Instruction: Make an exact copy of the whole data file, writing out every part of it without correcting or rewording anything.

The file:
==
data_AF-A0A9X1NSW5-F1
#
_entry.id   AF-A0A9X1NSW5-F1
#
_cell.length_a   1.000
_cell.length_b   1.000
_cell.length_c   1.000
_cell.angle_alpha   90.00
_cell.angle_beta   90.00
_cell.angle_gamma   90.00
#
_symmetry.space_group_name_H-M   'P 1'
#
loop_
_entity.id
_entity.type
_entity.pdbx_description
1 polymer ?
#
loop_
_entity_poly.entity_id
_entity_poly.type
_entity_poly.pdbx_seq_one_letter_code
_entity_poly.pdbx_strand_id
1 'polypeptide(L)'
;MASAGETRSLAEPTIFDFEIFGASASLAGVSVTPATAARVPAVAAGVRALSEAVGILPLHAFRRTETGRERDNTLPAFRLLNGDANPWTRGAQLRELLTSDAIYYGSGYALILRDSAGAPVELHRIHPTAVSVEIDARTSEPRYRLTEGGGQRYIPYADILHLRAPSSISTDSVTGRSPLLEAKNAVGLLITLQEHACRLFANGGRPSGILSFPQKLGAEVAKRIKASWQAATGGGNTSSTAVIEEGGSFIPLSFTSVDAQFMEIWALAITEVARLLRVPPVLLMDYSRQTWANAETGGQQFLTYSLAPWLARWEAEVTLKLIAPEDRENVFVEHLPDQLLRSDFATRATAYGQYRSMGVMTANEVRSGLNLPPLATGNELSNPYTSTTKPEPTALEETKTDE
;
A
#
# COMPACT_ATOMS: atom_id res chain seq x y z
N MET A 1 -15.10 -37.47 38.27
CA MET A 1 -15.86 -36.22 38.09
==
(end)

data_AF-A0A9X1NSW5-F1
#
_entry.id   AF-A0A9X1NSW5-F1
#
_cell.length_a   1.000
_cell.length_b   1.000
_cell.length_c   1.000
_cell.angle_alpha   90.00
_cell.angle_beta   90.00
_cell.angle_gamma   90.00
#
_symmetry.space_group_name_H-M   'P 1'
#
loop_
_entity.id
_entity.type
_entity.pdbx_description
1 polymer ?
#
loop_
_entity_poly.entity_id
_entity_poly.type
_entity_poly.pdbx_seq_one_letter_code
_entity_poly.pdbx_strand_id
1 'polypeptide(L)'
;MASAGETRSLAEPTIFDFEIFGASASLAGVSVTPATAARVPAVAAGVRALSEAVGILPLHAFRRTETGRERDNTLPAFRLLNGDANPWTRGAQLRELLTSDAIYYGSGYALILRDSAGAPVELHRIHPTAVSVEIDARTSEPRYRLTEGGGQRYIPYADILHLRAPSSISTDSVTGRSPLLEAKNAVGLLITLQEHACRLFANGGRPSGILSFPQKLGAEVAKRIKASWQAATGGGNTSSTAVIEEGGSFIPLSFTSVDAQFMEIWALAITEVARLLRVPPVLLMDYSRQTWANAETGGQQFLTYSLAPWLARWEAEVTLKLIAPEDRENVFVEHLPDQLLRSDFATRATAYGQYRSMGVMTANEVRSGLNLPPLATGNELSNPYTSTTKPEPTALEETKTDE
;
A
#
# COMPACT_ATOMS: atom_id res chain seq x y z
N MET A 1 -15.10 -37.47 38.27
CA MET A 1 -15.86 -36.22 38.09